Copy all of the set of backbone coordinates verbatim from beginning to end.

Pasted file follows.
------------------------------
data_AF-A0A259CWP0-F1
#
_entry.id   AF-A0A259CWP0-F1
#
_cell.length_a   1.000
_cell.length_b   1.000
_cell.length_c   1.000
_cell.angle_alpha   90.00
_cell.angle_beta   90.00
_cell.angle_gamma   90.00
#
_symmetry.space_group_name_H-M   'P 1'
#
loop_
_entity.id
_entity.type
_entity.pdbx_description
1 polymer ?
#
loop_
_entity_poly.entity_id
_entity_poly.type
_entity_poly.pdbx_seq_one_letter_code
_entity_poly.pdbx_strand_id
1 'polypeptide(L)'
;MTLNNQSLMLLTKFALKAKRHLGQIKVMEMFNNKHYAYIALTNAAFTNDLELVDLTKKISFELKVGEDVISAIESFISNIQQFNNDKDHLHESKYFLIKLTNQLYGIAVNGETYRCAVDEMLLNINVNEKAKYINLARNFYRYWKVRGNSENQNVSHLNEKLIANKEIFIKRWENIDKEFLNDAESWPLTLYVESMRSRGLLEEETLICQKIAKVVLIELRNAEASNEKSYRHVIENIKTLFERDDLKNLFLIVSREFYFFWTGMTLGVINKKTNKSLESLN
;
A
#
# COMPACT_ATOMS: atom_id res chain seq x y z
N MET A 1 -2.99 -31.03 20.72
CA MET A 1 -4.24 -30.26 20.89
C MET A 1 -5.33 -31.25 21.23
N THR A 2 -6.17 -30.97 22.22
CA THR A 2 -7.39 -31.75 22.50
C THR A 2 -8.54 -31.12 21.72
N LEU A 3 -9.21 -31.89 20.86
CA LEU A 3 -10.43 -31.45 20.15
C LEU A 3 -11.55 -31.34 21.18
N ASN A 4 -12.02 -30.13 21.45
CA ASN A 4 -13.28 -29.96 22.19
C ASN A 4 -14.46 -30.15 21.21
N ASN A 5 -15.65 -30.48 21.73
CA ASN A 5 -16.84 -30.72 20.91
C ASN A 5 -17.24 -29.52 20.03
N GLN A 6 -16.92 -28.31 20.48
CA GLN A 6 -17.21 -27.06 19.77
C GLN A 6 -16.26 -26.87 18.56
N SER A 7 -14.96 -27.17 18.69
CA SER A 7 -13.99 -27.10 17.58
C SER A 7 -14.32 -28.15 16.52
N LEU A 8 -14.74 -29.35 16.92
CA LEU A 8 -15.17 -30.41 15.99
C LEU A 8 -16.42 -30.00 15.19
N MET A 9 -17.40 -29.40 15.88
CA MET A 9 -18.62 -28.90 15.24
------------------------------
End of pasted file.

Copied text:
data_AF-A0A259CWP0-F1
#
_entry.id   AF-A0A259CWP0-F1
#
_cell.length_a   1.000
_cell.length_b   1.000
_cell.length_c   1.000
_cell.angle_alpha   90.00
_cell.angle_beta   90.00
_cell.angle_gamma   90.00
#
_symmetry.space_group_name_H-M   'P 1'
#
loop_
_entity.id
_entity.type
_entity.pdbx_description
1 polymer ?
#
loop_
_entity_poly.entity_id
_entity_poly.type
_entity_poly.pdbx_seq_one_letter_code
_entity_poly.pdbx_strand_id
1 'polypeptide(L)'
;MTLNNQSLMLLTKFALKAKRHLGQIKVMEMFNNKHYAYIALTNAAFTNDLELVDLTKKISFELKVGEDVISAIESFISNIQQFNNDKDHLHESKYFLIKLTNQLYGIAVNGETYRCAVDEMLLNINVNEKAKYINLARNFYRYWKVRGNSENQNVSHLNEKLIANKEIFIKRWENIDKEFLNDAESWPLTLYVESMRSRGLLEEETLICQKIAKVVLIELRNAEASNEKSYRHVIENIKTLFERDDLKNLFLIVSREFYFFWTGMTLGVINKKTNKSLESLN
;
A
#
# COMPACT_ATOMS: atom_id res chain seq x y z
N MET A 1 -2.99 -31.03 20.72
CA MET A 1 -4.24 -30.26 20.89
C MET A 1 -5.33 -31.25 21.23
N THR A 2 -6.17 -30.97 22.22
CA THR A 2 -7.39 -31.75 22.50
C THR A 2 -8.54 -31.12 21.72
N LEU A 3 -9.21 -31.89 20.86
CA LEU A 3 -10.43 -31.45 20.15
C LEU A 3 -11.55 -31.34 21.18
N ASN A 4 -12.02 -30.13 21.45
CA ASN A 4 -13.28 -29.96 22.19
C ASN A 4 -14.46 -30.15 21.21
N ASN A 5 -15.65 -30.48 21.73
CA ASN A 5 -16.84 -30.72 20.91
C ASN A 5 -17.24 -29.52 20.03
N GLN A 6 -16.92 -28.31 20.48
CA GLN A 6 -17.21 -27.06 19.77
C GLN A 6 -16.26 -26.87 18.56
N SER A 7 -14.96 -27.17 18.69
CA SER A 7 -13.99 -27.10 17.58
C SER A 7 -14.32 -28.15 16.52
N LEU A 8 -14.74 -29.35 16.92
CA LEU A 8 -15.17 -30.41 15.99
C LEU A 8 -16.42 -30.00 15.19
N MET A 9 -17.40 -29.40 15.88
CA MET A 9 -18.62 -28.90 15.24